Bombay HC rules in ONGC’s favour in dispute over contract cancellation2 min read . Updated: 27 Feb 2018, 07:36 PM IST
Core Offshore had dragged ONGC to court saying that its tender was accepted by the state-owned firm but later cancelled without giving it an opportunity to present its case
The Bombay High Court has ruled in favour of Oil and Natural Gas Corp. (ONGC) after a vendor sued the energy firm for cancelling a Rs1,000 crore contract.
Core Offshore Services Pvt. Ltd had dragged ONGC to court saying that its tender was accepted by the state-owned energy firm and later cancelled without giving the vendor an opportunity to present its case.
The genesis of the dispute lies in the tender floated by ONGC for charter hire of barges and tugs for its operation near its Mumbai offshore in January 2015. According to Core Offshore, in October 2015, it had received a letter from ONGC which confirmed that their offer was shortlisted.
However, another bidder Halani Shipping Pvt Ltd had complained about the entire tender process to the Independent External Monitor (IEM) appointed by the government under the integrity pact program to maintain transparency in high stake bids. After hearing Halani, the external monitor had observed that the sanctity of the tender process had compromised.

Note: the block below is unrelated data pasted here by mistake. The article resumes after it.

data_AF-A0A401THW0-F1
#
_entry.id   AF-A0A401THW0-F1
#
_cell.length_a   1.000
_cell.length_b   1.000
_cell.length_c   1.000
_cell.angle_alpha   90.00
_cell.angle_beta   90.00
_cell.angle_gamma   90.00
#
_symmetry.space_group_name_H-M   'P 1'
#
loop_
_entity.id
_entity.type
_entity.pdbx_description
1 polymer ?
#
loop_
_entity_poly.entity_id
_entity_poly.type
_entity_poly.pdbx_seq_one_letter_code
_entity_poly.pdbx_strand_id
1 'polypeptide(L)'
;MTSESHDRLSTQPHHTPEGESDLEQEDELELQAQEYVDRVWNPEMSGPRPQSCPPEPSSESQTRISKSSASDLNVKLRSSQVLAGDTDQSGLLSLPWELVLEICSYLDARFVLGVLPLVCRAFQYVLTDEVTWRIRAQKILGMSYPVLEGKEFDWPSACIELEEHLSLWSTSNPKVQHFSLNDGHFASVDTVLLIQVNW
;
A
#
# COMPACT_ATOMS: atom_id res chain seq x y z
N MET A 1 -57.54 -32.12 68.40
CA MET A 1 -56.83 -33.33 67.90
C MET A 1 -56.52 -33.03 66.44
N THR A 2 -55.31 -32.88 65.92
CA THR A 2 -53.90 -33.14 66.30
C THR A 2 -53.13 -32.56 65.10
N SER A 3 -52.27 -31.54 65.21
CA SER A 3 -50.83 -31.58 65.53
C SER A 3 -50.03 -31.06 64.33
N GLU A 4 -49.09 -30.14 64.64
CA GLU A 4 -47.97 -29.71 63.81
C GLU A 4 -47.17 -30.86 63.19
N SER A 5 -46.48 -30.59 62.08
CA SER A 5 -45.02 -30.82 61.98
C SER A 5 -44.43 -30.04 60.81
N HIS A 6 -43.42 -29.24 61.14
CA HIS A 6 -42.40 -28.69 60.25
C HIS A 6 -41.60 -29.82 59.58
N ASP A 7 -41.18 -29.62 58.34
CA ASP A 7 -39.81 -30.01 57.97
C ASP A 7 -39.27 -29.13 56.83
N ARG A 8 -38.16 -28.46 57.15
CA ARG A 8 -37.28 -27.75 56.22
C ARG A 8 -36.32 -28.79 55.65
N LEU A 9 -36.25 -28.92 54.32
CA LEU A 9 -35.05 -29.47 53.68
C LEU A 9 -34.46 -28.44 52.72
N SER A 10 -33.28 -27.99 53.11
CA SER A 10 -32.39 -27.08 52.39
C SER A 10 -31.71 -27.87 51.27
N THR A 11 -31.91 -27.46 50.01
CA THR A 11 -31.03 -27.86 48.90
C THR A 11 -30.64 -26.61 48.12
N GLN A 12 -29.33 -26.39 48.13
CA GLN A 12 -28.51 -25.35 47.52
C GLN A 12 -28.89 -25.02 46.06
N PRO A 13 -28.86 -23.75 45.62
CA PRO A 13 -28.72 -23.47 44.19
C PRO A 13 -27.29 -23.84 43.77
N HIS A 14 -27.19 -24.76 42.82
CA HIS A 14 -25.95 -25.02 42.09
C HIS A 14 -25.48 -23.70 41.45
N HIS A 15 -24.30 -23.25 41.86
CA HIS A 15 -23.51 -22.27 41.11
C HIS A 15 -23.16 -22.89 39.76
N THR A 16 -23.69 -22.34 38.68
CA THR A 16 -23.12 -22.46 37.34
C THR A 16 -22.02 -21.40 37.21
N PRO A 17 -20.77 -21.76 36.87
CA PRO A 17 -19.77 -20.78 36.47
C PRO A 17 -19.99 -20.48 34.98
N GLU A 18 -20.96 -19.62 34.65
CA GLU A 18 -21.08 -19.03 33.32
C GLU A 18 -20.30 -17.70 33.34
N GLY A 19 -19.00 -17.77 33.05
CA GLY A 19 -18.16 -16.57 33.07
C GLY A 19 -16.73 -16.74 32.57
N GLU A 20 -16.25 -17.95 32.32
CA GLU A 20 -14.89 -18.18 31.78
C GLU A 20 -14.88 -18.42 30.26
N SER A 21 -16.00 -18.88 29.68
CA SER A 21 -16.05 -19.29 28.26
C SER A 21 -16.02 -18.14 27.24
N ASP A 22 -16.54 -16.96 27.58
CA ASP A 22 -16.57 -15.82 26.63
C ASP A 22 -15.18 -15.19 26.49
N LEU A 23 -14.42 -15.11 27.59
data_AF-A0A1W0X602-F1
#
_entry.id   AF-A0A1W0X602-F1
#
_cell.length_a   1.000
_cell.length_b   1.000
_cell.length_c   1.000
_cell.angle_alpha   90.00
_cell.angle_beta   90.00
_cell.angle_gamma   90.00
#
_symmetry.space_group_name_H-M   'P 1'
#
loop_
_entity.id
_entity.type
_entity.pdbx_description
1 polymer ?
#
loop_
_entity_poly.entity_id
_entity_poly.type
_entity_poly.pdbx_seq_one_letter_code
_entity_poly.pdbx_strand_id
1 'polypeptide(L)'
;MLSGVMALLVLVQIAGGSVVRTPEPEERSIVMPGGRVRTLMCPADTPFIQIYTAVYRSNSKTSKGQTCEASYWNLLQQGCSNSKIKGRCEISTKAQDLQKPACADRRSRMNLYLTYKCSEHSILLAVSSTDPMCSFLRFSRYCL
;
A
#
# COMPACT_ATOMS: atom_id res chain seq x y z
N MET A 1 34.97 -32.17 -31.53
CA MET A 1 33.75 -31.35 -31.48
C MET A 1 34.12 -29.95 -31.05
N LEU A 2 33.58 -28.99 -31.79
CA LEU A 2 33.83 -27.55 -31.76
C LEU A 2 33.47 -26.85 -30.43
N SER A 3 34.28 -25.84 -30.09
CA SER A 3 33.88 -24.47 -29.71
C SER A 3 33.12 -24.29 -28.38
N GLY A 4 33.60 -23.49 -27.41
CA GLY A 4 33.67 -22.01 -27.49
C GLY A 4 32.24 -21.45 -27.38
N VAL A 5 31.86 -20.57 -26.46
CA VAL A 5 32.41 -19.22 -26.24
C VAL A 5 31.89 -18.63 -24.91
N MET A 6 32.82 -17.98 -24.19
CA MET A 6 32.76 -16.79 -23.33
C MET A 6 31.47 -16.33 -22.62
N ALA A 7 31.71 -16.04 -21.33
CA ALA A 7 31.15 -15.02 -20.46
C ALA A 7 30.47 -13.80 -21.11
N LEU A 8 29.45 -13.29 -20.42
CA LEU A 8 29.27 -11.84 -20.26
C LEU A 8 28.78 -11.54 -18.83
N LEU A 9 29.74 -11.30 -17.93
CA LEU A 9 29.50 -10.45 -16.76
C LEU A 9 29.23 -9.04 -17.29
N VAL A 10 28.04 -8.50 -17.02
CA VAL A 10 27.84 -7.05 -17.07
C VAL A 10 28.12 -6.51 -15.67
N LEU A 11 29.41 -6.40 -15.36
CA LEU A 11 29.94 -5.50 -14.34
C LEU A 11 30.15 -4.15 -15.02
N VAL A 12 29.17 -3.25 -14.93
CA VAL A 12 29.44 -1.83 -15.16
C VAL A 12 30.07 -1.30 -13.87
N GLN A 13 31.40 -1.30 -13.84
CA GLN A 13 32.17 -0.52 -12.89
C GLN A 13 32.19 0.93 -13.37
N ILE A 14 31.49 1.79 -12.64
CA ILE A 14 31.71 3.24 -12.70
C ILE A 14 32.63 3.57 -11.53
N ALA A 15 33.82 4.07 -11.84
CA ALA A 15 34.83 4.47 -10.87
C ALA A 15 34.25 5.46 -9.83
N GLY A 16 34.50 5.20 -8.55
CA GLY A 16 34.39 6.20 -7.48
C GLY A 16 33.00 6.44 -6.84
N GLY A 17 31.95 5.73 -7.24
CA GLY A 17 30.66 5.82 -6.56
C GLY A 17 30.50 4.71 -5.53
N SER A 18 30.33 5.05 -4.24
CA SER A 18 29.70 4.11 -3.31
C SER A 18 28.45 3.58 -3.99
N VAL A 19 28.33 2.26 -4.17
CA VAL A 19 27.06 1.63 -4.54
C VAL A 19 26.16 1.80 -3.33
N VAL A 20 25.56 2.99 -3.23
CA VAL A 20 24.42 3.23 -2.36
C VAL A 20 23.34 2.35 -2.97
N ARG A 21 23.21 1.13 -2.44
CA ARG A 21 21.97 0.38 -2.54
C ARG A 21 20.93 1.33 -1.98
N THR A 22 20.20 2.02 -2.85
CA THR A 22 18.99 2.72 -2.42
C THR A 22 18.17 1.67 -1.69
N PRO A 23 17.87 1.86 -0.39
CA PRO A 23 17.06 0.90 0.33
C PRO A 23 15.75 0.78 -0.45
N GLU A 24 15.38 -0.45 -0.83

Later, Core Offshore also sought IEM’s permission to present its case. The independent monitor heard the company but did not change its views. Subsequently, ONGC decided to issue fresh tenders inviting offers only for hiring barges.
On October 2016, Core Offshore had approached the Bombay High Court seeking its intervention in the entire process. Its counsel argued that the hearing by the external monitor was a mere formality and the decision had already been reached.
“ONGC has not blacklisted the petitioner and Core Offshore is free to participate in the fresh tender process," argued the energy firm’s counsel adding that there is a significant change in the scope of work and it is a settled principle that re-tendering is permissible when there is a change in the scope of work.
When contacted, Nishit Dhruva, managing partner of law firm MDP & Partners, who was representing ONGC in the matter along with senior counsel Dr Birendra Saraf confirmed the development. Email queries to ONGC and Core Offshore did not elicit any response.
State-owned ONGC is not new to disputes with its contractors and vendors.
In another dispute in October 2016, the Bombay high court had asked ONGC to release nearly $20 million to Singapore-based Swiber Holdings Ltd, an oilfield services provider. Swiber, which was working on three projects for the company, had filed for liquidation in July. Worried that Swiber would not be able to complete its work, ONGC in August invoked bank guarantees totaling $105 million.
Similarly, in 2012, Essar Group had also filed a suit against ONGC after it decided to keep the business house out of its offshore oil services tenders worth $2 billion. However, state-run firm later reversed the decision.